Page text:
Chinese Chemical Letters  2019, Vol. 30 Issue (3): 721-724   PDF    
A one-pot synthesis of a self-included bisester-functionalized copillar[5]arene
Qiong Jiaa, Xusheng Dua, Chunyu Wangb, Kamel Meguellatia,*     
a International Joint Research Laboratory of Nano-Micro Architecture Chemistry (NMAC), College of Chemistry, Jilin University, Changchun 130012, China;
b State Key Laboratory of Supramolecular Structure and Materials, College of Chemistry, Jilin University, Changchun 130012, China
Abstract: We report here a one-pot synthetic method for the synthesis of a bisester-functionalized copillar[5]arene (BECP5A) with yield up to 20%. The properties of BECP5A in solution and in solid state were deeply investigated with the aid of 1D and 2D NMR spectra and X-ray diffraction, showing that this molecule has a fully self-included conformation in chloroform and partial self-inclusion in DMSO, and the compound has an asymmetrical structure with only one self-included side in the cavity of pillar[5]arene in the solid state. This compound will be used as the precursor of complex systems such as polymers and mechanically interlocked molecules.
Keywords: Pillar[5]arene     One-pot reaction     Ester group     Supramolecular chemistry     X-ray crystal structure    

Pillar[n]arenes [1-5] have been a promising class of macrocycles constituted by 1, 4-dimethoxylbenzene rings linked by methylene bridges with a symmetric, rigid and tunable structure [6-12]. Several practical applications, such as host-guest chemistry [13-18], sensors [19-29], molecular machines [30-33], selfassemblies [34-36], drug delivery [37-40] and hybrid organicinorganic materials [41, 42] have been reported. These applications were mostly based on the functionalization of pillar[n]arenes by functionalizing the rims and controlling their solubility in water and organic solvents. The commonly used methodologies for the functionalization of pillar[5]arene involves one or multiple monomers that cyclize in the presence of a Brønsted acid or Lewis acid catalyst, and post synthetic modifications can lead to mono-, bis- and multi-substituted pillar[5]arene.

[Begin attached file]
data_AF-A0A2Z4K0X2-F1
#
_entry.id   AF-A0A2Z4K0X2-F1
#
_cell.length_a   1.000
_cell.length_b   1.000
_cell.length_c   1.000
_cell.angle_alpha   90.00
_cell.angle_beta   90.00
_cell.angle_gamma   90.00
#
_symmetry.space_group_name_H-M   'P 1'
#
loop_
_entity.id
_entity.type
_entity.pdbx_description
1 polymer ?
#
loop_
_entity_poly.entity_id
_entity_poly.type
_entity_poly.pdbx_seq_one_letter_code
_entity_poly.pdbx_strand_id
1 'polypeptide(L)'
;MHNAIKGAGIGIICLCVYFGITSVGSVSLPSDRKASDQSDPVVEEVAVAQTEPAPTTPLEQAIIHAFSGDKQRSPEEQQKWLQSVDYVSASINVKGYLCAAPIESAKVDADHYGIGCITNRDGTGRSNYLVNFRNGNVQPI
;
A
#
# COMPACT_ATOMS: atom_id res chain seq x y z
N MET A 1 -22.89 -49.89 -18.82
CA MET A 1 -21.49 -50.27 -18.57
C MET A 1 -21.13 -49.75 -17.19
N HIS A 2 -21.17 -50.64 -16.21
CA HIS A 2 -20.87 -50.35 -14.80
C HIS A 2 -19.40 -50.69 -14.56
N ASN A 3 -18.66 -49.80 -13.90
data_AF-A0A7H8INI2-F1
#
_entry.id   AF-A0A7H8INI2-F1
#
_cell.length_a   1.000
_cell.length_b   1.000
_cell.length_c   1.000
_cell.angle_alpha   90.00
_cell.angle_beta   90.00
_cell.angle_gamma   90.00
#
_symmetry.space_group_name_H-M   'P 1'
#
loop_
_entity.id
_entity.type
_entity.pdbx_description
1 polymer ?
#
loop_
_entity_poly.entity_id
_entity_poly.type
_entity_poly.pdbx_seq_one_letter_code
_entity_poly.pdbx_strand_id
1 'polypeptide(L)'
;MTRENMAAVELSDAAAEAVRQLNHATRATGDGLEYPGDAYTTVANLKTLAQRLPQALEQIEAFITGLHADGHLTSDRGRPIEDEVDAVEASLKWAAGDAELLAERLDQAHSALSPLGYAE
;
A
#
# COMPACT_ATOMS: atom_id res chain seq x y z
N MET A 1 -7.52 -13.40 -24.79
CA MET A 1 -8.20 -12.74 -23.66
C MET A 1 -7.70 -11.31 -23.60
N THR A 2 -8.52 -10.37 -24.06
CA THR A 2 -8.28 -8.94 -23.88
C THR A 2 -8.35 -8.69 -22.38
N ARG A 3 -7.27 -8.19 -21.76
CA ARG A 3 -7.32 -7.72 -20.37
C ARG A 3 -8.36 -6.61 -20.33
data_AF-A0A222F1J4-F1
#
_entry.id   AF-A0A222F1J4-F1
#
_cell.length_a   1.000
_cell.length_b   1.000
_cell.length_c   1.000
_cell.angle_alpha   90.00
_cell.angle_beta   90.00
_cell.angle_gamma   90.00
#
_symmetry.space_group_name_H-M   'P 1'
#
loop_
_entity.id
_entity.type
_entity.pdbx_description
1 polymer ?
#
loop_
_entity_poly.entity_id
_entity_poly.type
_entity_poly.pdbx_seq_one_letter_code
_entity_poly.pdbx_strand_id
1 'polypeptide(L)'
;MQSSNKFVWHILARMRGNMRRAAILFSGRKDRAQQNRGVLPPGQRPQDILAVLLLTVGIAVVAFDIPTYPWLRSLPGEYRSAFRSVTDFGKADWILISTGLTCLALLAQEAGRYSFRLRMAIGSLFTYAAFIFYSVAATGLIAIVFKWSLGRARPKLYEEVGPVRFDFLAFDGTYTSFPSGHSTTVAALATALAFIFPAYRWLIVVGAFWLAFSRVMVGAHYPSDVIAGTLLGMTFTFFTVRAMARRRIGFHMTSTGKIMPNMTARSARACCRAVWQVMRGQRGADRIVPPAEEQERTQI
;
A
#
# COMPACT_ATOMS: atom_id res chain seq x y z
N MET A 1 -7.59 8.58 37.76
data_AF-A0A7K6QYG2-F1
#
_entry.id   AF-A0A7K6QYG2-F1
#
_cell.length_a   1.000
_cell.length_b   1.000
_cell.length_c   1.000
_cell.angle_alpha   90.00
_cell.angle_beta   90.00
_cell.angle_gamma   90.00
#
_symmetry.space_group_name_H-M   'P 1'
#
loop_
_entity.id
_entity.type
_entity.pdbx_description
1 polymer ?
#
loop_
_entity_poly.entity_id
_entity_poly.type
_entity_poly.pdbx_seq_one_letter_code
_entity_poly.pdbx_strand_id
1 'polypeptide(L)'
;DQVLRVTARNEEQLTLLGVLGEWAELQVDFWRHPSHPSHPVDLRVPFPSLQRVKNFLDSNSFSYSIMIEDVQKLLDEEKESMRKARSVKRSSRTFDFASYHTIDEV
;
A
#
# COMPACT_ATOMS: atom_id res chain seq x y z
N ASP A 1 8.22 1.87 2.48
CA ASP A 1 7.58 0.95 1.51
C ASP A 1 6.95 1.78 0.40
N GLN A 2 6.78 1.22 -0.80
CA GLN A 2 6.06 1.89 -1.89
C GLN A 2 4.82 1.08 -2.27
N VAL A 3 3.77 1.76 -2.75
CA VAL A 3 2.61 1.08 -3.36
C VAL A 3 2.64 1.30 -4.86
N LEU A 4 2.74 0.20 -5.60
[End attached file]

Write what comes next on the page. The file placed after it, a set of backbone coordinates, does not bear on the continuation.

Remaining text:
The first fully substituted pillar[5]arene was reported by Ogoshi [43], and the portfolio of their functionalization was extended to the conception of artificial transmembrane proton channel [44], stabilization of gold nanoparticles [45], construction of particular molecular machines and so on. Mono-substituted elegant methodology of synthetic post-modification involving the oxidation of a ring followed by a regioselective reduction pillar[5]arene was reported by Cao's group by adopting an ester group into a phenolic motif which was subsequently substituted [46]. The methodology to the direct construction of monoester-substituted pillar[5]arene has also been poorly exploited by direct cyclization with 2 monomers [47, 48]. These unique monoester-substituted pillar[5] arene can be used not only for molecular recognition but also for the construction of stable [1]rotaxanes with potential catalytic capacities, and multi-pillar[5]arene metallacycles [49].

Due to their wide applications, easier methods to produce bisester-functionalized copillar[5]arene are still on demand. Based on our previous work [47], we found that the precursor, diethyl 2, 2'-(1, 4-phenylenebis(oxy))diacetate (M), was appropriate for the construction of bisester-functionalized copillar[5]arene (BECP5A), which is more efficient and economic than the reported synthetic methodology that at least required four steps (with an overall yield of 28%), as shown in Scheme 1. In this work, BECP5A was deeply investigated both in solution and in solid state with the aid of 2D NMR spectrum and X-ray crystal diffraction.

Scheme 1. Synthetic methodologies of BECP5A by post-modification and premodification: Route Ⅰ (blue) and Route Ⅱ (red).

Following another synthetic route (Route Ⅱ), hydroquinone was reacted with ethyl bromoacetate leading to the ester containing precursor M, then the condition to synthesize BECP5A was optimized, among which the most suitable one was described as: 1, 4-dimethoxybenzene (30.0 mmol) in dichloromethane (250.0 mL) was added paraformaldehyde (109.5 mmol) and M (6.0 mmol), then the suspension was stirred at 0 ℃ for 30 min, then boron trifluoride diethyl etherate (42.5 mmol) was added, and the mixture was stirred at 0 ℃ for 90 min. The final compound was obtained with yield up to 20%.